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Posts published in “Day: April 13, 2021”

It can’t be over


QUESTION: Could Donald Trump, Dr. Deborah Birx, the former head of the CDC and several other top government officials be charged with one or more crimes because of their inaction upon the arrival of COVID-19 in this country? Could they?

As a non-lawyer, I have no authoritative answer to that question. But, I believe some smart attorney-types could make a valid case for some sort of prosecution.

This issue has been on my mind since the CNN interview of Dr. Birx and others in the medical field a week or so ago.

At the moment, 550-thousand Americans have died of COVID in just over a year. Did they have to die? Did that many have to die? Could timely medical and political action have saved thousands of that number? If so, why wasn’t that action taken? Given many decision makers knew the actual danger looming over this nation, what legal responsibility do top-level political and medical people have? Was there malfeasance/misfeasance in office? Should there be legal actions taken against those people? Did the political divisions in this country contribute to the deaths of thousands of innocent victims?

For openers, consider Dr. Birk’s statement that, after the first infectious wave, the death toll could have been “substantially reduced.”

She didn’t say it outright, but all her interview remarks seemed to indicate she believed there was negligent management of the pandemic by Trump - that he had a willingness to put economic and political goals above science and the nation’s well-being.

Birx’s anguish was apparent throughout the interview. Especially when she acknowledged “There were about a hundred-thousand deaths that came from the original surge. All the rest of them, in my mind, could have been mitigated or decreased substantially.”

For someone at the top of the administration, as the COVID advisor to the President at the time, that’s one helluva statement.

So is this: “All deaths over the first hundred-thousand could have been mitigated.” “ALL!”

Birx seemed to be making a public confession of sorts - an unburdening of her conscience tinged with some acknowledgment of her own role in the fiasco.

She also said some scientific colleagues understood the magnitude of the looming crisis but “some White House officials refused to take it seriously.” She added, “Some were fatalistic about what could be done.”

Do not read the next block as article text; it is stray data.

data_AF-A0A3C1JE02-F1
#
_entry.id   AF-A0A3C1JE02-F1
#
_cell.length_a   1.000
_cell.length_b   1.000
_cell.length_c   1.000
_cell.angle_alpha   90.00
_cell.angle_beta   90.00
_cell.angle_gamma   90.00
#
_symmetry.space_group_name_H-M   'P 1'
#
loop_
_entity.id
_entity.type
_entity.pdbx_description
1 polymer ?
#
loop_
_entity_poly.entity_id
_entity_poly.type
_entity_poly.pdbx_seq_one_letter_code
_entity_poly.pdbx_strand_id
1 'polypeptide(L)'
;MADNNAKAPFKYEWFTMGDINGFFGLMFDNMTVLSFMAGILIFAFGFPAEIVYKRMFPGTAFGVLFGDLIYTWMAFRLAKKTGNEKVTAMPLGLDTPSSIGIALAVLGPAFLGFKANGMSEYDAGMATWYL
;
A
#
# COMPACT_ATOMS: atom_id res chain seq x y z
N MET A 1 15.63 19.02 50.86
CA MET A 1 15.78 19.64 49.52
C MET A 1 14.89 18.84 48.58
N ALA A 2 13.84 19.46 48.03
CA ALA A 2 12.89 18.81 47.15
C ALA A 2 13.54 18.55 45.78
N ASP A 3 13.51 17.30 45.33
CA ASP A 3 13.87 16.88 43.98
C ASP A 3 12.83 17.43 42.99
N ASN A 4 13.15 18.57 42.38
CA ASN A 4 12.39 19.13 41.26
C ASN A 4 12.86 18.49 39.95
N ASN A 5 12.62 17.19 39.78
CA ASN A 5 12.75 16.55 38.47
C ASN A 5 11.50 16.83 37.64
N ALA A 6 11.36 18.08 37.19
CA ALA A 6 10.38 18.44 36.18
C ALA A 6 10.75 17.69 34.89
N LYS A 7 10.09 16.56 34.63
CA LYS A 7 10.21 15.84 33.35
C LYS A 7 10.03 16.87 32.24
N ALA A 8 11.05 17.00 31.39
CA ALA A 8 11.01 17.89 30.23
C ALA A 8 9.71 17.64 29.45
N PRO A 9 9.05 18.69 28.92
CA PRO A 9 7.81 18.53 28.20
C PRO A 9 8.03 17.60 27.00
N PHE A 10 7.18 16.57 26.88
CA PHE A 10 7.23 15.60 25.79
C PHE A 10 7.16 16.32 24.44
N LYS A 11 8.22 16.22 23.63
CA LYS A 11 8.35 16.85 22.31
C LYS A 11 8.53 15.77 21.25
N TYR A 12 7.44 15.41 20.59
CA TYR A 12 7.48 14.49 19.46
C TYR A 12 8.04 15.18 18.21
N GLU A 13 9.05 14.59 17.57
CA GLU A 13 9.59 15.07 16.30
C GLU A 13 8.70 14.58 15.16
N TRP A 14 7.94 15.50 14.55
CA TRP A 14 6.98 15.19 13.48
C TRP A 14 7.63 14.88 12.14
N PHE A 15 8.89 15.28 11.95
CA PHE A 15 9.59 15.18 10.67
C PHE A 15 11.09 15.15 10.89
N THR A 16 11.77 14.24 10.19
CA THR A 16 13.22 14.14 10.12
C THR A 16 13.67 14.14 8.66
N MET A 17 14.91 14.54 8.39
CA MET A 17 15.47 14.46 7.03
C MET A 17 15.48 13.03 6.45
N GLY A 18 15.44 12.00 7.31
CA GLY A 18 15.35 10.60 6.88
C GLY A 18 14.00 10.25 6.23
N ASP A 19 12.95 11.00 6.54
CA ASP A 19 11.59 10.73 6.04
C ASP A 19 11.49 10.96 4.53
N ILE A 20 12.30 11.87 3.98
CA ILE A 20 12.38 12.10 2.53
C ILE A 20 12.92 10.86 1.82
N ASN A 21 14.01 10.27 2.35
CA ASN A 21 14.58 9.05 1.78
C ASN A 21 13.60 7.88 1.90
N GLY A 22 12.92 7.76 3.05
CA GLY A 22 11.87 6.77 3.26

Dr. Anthony Fauci, participating in the same interview, said Trump’s demands to reopen the country, despite all the advice from leading government health authorities, came as “a punch in the chest.”

As I acknowledged at the top, I’m no lawyer. But, that interview hour seemed to lay out material that could be actionable on several fronts.

Then, there’s this. Millions in this country don’t trust government at any level. They turn a deaf ear to professional advice on almost any subject if it’s government-related. Many Americans actually fear government and believe they have to be prepared to defend themselves against it.

So, did that play any part in letting COVID ravage this nation? Did their refusal to wear masks, distance themselves from others and ignoring advice coming from Birx, Fauci and top federal health agencies play a role in worsening the fight and, in so doing, contribute to the deaths of thousands of their fellow countrymen and women? Did Trump’s public avoidance of any sort of protection against COVID lead millions of his admirers to follow suit?

I’ve laid out a lot of material here. I’ve asked a lot of questions. The point being, just ridding ourselves of this COVID scourge doesn’t end the terrible saga. When over half-a-million Americans have died and millions of others have been sickened - when those who died had to do so alone and without family - when costs of care have driven thousands of fellow citizens into bankruptcy - when political leaders failed to be responsible - when needless suffering and death were allowed to prevail because of governmental inaction - how do we resolve what’s happened?

Do we turn our collective backs on all of the death and destruction? Or, do we take action against those who willingly ignored professional advice for their own interests - political or otherwise? Do we hold those who failed their responsibilities to walk away as if nothing had happened? Do we seek justice for those who died needlessly?

I can’t get Dr. Birx words - almost a confession - out of my head. I’m filled with the need to seek redemptive action for all that’s happened in the last year. Those thousands who died needlessly deserve our best efforts.